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Having Multiple Sclerosis means you can develop new symptoms at any time.  One of the symptoms you may develop is incontinence. Incontinence arises when your body leaks urine or fecal matter without your control. Bladder control and multiple sclerosis is quite common as your muscles may be weaker and you have issues with the muscle control, balance, and coordination. What are some of the common symptoms of MS? It varies from person to person, so it is hard to say that there is just a list that you can define as MS symptoms. However, there are a few symptoms that are common in the initial stages of MS:

  • Numbness or tingling
  • Balance and coordination problems
  • Overall weakness in the muscles
  • Blurry vision or double vision

These are the symptoms you may notice initially and then you have other issues that will start to arise over time. Incontinence is one of the symptoms that usually comes after you start having those initial symptoms. Urinary incontinence is the most common but there are some people that do struggle with fecal incontinence as well.

The reason for the incontinence problems with MS is related to muscle spasms and fatigue. When the muscles lose their ability to contract and your nerves are unable to feel or to send signals to the muscles, it is easy to see why you can suffer from incontinence. What can you do about incontinence? There are a number of great products that you can choose from that will be able to help you to manage incontinence properly. From disposable undergarments to incontinence pads, there are so many products on the market that will make your life much easier.

If you deal with fatigue with incontinence, you are likely to spend a great deal of time resting. This can lead to bed sores if you are not moving around enough and eating a healthy diet. You should focus on getting some supplies that can protect your furniture if you do need to lay down a lot. Incontinence bed pads and other supplies will be able to make cleaning up after yourself easier if you choose not to wear incontinence underwear.

When you do start to develop signs of muscle fatigue or any symptoms of incontinence you need to speak to your doctor right away. You need to find out if this is bladder dysfunction on its own or if it may be related to other issues with MS. There could be some dietary changes that you need to make in order to help manage incontinence effectively.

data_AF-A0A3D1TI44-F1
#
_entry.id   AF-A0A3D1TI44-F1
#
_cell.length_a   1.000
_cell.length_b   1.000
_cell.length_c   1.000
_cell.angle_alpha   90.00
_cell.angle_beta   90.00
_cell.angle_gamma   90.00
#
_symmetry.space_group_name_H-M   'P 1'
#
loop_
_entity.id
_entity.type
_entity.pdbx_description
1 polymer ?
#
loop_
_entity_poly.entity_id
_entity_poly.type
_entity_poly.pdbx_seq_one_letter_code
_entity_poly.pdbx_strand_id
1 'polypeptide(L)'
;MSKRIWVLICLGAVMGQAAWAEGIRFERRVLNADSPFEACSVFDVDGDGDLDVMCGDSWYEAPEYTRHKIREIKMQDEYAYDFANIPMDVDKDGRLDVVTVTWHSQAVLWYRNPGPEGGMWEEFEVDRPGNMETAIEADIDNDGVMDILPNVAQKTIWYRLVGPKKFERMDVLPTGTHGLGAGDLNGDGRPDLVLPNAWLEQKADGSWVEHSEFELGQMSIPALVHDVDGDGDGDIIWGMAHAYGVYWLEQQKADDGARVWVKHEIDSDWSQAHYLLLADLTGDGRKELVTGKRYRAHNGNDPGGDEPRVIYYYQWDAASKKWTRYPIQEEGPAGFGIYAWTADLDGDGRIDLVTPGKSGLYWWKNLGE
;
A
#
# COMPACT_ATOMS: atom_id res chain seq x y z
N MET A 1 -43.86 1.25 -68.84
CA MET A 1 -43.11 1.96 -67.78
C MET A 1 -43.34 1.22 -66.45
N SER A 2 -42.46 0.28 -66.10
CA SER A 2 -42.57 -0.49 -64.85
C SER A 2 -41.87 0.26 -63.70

How do you know if you are starting to develop incontinence with MS? There are many different types of incontinence but these are the most common things that you may experience:

  • Urgency: This often occurs when you have the sudden urge to urinate. It can come on all the sudden and you need to rush to the restroom, and nothing may even come out.
  • Hesitancy: This occurs when you may have an urge to urinate and when you go you may sit on the toilet for a long time before you finally do have urine come out.
  • Frequency: You may feel like you need to urinate all the time.

What you do need to know is that incontinence is quite common with MS. About 80% of people with MS will deal with some type of bladder dysfunction. Due to this, it is a smart idea to go out and purchase a number of incontinence supplies that can help you to properly manage incontinence. Since you may develop it in the future if you do not have it now, it is best to prepare yourself for it.


About R.O.S Therapy Systems: R.O.S. Therapy Systems began as a backyard project in 2010. Scott Silknitter was searching for tools to help his mother care for his father, Roger Owen Silknitter, during a 25-year fight with Parkinson’s disease and dementia. That project became a personal mission to help all family caregivers. From family caregiver training and activity books to mobile apps to activity systems, R.O.S. has grown to become a single-source provider of informational “how to’s” and a growing provider of adaptive tools for the millions of husbands, wives, children, and family members that become caregivers.

Common sense advice and instruction based on proven principles of communication, engagement, and daily living are the heart of everything R.O.S. offers for family caregivers. Improving quality of life for caregivers is our mission, and designing everything for a family caregiver struggling with a loved one is the starting point. Whether it is dementia, diabetes, Parkinson’s, ALS, stroke, visual impairment, developmental disabilities, or any other issue that forces someone to care for a loved one, R.O.S. and its Caregiving 101 program are here to help.

JAN 30 1975, FEB 24 1993, MAY 14 1995
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